When I began Rethinking innateness, I had hoped that the book might Elman ( ), Exercises in rethinking innateness, which we have. Rethinking innateness. Where does knowledge come from? This was the question we began with. As we suggested at the out- set, the problem is not so much. Rethinking Innateness A connectionist perspective on development [jacket image ]. October, MIT Press ordering information.
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Rethinking Innateness asks the question, “What does it really mean to say that a behavior is innate? These outcomes often may be highly constrained and universal, yet are not themselves directly contained in the genes in any domain-specific way. One of the key contributions of Rethinking Innateness is a taxonomy of ways in which a behavior can be innate.
These include constraints at the level of representation, architecture, and timing; typically, behaviors arise through the interaction of constraints at several of these levels. The ideas are explored through dynamic models inspired by a new kind of “developmental connectionism,” a marriage of connectionist models and developmental neurobiology, forming a new theoretical framework for the study of behavioral development.
While relying heavily on the conceptual and computational tools provided by connectionism, Rethinking Innateness also identifies ways in which these tools need to be enriched by closer attention to biology. This a landmark publication in developmental psychology, bringing together ideas from cognitive psychology, connectionist modelling, neurobiology and dynamical systems theory.
What makes this book so unusual and effective is that it is not the usual edited collection of papers, but is co-authored by an internationally renowned group of six authors, each with a different persepctive on the problems of explaining developmental processes. To produce this book, they had to work together to forge links between very different domains, and the synthesis they achieve is remarkable for the new insights it provides into old questions about innate versus acquired sources of knowledge and the nature of cognitive development.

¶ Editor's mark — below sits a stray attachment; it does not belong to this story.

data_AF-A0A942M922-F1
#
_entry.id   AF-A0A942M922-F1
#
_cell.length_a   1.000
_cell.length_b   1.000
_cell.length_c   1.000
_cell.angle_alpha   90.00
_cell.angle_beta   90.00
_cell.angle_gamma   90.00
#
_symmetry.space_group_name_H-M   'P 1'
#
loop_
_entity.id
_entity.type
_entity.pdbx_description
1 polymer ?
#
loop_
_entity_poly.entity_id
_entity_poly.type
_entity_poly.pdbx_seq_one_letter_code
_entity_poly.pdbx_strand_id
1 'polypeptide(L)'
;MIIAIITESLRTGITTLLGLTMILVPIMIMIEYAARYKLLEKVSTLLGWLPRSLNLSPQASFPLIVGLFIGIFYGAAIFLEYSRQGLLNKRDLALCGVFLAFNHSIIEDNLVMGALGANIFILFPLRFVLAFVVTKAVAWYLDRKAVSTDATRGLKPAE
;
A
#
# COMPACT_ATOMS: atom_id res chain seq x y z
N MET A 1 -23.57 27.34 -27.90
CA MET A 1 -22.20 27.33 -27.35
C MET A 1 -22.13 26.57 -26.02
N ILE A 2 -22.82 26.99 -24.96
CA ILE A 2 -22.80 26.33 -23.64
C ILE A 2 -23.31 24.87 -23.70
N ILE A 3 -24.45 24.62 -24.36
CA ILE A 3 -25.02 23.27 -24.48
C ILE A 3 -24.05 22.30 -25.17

Rethinking Innateness is a milestone as important as the appearance ten years ago of the PDP books. More integrated in its structure, more biological in its approach, this book provides a new theoretical framework for cognition that is based on dynamics, growth, and learning. Study this book if you are interested in how minds emerge from developing brains. These outcomes often may be highly constrained and universal, yet they are not themselves directly contained in the genes in any domain-specific way.
The ideas are explored through dynamic models inspired by a new kind of “developmental connectionism”, a marriage of connectionist models and developmental neurobiology, forming a new theoretical framework for the study of behavioral development.
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How the Mind Works. Review This a landmark publication in developmental psychology, bringing together ideas from cognitive psychology, connectionist modelling, neurobiology and dynamical systems theory. I’d like to read this book on Kindle Don’t have a Kindle? Share your thoughts with other customers.
Write a customer review. Showing of 6 reviews. Top Reviews Most recent Top Reviews. There was a problem filtering reviews right now. Please try again later. Except from the fact that there was a delay with the shipping, the book was exactly what I expected. I came across this book while studying applied linguistics, and was curious about what Connectionist theory had to say against Noam Chomsky’s nativist approach, which is that language is too complex a thing to be learned in the same way that we learn to swim or drive a car, and that it must be genetically ingrained, with a specific “language gene” that determines the fundamental parameters of how all human languages work.